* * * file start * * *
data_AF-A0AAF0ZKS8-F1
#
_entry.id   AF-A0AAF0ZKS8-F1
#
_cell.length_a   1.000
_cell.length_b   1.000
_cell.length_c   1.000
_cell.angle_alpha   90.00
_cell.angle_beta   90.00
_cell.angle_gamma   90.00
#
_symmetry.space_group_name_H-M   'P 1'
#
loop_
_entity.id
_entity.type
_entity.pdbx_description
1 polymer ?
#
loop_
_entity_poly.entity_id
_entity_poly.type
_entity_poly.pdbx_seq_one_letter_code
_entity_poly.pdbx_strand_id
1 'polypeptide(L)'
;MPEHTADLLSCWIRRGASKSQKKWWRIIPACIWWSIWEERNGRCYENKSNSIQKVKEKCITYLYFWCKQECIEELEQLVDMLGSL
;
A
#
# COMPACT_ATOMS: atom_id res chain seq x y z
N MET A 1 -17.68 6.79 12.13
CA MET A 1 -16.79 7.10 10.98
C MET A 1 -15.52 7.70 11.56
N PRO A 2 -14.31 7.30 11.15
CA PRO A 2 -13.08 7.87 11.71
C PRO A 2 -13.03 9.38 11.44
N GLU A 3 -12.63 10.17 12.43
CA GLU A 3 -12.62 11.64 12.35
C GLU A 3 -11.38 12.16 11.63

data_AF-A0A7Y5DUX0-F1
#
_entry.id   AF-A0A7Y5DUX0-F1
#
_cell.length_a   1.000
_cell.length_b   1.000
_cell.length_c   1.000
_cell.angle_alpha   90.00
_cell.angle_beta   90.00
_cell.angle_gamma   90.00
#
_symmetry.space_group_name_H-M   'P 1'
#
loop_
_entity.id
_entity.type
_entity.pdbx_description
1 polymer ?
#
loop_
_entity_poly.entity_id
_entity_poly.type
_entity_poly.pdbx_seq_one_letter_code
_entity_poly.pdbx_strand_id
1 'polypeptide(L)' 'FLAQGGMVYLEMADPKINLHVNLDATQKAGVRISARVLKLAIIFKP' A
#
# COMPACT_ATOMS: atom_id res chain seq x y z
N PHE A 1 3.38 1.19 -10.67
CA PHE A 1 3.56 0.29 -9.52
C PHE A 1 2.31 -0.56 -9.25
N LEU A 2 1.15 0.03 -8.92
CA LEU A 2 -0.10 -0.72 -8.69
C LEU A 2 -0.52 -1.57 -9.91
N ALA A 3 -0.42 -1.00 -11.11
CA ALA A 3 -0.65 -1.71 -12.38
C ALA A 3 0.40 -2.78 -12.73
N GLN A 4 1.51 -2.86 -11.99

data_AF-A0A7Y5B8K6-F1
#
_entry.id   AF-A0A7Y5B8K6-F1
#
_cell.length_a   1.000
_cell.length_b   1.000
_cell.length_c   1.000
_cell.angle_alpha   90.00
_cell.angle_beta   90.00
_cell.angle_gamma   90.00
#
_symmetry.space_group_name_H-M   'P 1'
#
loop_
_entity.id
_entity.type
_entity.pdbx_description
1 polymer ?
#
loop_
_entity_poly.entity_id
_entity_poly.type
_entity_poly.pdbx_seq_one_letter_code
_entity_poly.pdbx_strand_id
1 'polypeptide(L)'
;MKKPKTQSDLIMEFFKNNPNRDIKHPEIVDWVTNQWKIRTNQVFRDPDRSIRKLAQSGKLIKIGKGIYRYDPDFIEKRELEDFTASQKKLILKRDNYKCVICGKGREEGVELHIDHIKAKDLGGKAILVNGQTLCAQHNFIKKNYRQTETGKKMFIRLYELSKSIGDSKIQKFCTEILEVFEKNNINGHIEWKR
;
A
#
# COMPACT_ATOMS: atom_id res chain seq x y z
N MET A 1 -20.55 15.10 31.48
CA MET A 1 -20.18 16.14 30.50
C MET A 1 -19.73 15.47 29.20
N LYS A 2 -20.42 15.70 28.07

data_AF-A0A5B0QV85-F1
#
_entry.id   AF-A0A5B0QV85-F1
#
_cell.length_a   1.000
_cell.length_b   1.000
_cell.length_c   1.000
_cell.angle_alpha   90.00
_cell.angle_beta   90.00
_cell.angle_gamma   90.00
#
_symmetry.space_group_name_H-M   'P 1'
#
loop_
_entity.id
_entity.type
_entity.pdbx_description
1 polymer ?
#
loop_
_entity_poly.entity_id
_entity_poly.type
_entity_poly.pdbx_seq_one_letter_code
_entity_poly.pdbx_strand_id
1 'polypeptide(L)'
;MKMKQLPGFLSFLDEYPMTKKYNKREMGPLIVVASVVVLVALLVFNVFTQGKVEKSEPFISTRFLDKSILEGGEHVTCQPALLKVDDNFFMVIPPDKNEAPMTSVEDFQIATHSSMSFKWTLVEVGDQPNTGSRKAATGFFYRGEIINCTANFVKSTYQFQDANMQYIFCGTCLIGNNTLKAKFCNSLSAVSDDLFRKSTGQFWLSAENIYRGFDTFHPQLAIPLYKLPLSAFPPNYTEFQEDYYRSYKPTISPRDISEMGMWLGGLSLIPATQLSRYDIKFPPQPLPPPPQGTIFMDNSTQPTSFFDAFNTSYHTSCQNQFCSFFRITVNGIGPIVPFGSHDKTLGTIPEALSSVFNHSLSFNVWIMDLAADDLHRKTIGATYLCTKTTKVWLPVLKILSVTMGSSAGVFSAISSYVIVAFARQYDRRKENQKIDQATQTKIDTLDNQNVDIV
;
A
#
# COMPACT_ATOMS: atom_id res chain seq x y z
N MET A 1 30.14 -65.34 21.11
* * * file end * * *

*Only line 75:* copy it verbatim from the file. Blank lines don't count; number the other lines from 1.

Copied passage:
C ALA A 3 0.40 -2.78 -12.73